Ask for Quote
Ask for Quote

Get FREE answer to your questions

Saturday, 14 July 2012 10:48

Reflexology 'improves heart efficiency', claim researchers

Rate this item
(1 Vote)

Reflexology can make the heart pump more efficiently, say researchers who think they have found the first scientifically robust evidence that it does have a physical effect.

Practitioners believe that certain parts of the feet and hands correspond to certain organs, and that massaging these points increases blood flow to those organs. Some reflexologists also claim reflexology can improve heart function.

Now a team at Stirling University in Scotland has found that when volunteers undergo reflexology massage of the heart point - located somewhere on the ball of the left foot - they exhibit a “subtle” improvement in cardiac output. This is a measure of how efficiently it is pumping.

But when they underwent a sham treatment, in which only the heel of the foot was massaged, there was no change in heart function. Jenny Jones, a PhD student, said the finding was “intriguing”, adding: “We have no idea what caused this change.”

However, she said the 15 volunteers only experienced the effect during treatment itself, and it faded within seconds.  Additionally, there were no differences in other cardiac measures, such as heart rate and blood pressure.

As it stood, Miss Jones admitted the finding, reported in the journalComplementary Therapies in Clinical Practice, was “not clinically relevant”.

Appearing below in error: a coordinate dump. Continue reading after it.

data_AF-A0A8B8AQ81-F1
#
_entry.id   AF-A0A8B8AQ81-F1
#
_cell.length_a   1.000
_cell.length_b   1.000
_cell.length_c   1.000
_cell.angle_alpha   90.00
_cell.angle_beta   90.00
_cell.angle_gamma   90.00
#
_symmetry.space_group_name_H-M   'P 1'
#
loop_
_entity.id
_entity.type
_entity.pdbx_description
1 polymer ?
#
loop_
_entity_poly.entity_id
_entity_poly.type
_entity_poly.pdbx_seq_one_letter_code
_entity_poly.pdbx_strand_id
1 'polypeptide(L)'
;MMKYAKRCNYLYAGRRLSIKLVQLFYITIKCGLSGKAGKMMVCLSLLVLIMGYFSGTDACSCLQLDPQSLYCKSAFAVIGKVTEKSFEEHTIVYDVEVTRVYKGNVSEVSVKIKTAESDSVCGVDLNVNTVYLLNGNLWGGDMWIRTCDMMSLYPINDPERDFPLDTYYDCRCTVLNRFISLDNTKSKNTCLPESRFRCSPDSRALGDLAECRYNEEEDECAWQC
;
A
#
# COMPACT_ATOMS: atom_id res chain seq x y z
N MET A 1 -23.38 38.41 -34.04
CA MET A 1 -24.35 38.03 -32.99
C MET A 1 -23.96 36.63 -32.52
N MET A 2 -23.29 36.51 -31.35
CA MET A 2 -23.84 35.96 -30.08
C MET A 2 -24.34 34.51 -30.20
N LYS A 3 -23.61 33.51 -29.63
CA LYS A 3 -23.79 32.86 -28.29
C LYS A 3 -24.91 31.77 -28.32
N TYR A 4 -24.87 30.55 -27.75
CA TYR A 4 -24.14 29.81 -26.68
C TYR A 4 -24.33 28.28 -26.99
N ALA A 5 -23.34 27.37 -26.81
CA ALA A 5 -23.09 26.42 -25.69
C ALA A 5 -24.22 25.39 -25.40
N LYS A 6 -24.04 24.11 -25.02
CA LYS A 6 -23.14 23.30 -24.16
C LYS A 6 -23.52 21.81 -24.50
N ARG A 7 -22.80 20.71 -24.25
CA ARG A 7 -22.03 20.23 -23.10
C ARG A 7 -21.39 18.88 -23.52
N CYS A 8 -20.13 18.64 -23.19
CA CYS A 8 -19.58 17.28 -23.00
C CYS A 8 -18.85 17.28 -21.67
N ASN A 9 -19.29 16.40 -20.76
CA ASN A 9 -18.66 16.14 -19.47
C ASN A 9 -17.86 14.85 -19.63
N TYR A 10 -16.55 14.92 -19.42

Two separate studies found reflexology was safe in patients with chronic heart failure and coronary artery disease. However, in these volunteers reflexology had no apparent effect on cardiac output. 
In all groups, both reflexology and foot massage made participants much more relaxed, but there was no difference between them.

Reflexologists claim there is a cumulative effect to treatment, and the Stirling University team wants to test this belief.

Reflexology is not cheap: a course of six to eight sessions can “easily be in excess of £400”, said the researchers.

Edzard Ernst, emeritus professor of complementary therapy at Exeter University, said the effect was "very small, not clinically relevant and probably a fluke due to multiple testing for statistical significance". He added: "Before I believe these results, I want to see an independent replication."

news source:  The telegraph

Read 2289 times Last modified on Saturday, 14 July 2012 11:12

Leave a comment

Comments can be moderated to keep the conversation civil and respectful. Thank You

ask your question

S5 Box

Login Form

New Member Register Here

Fields marked with (*) are required.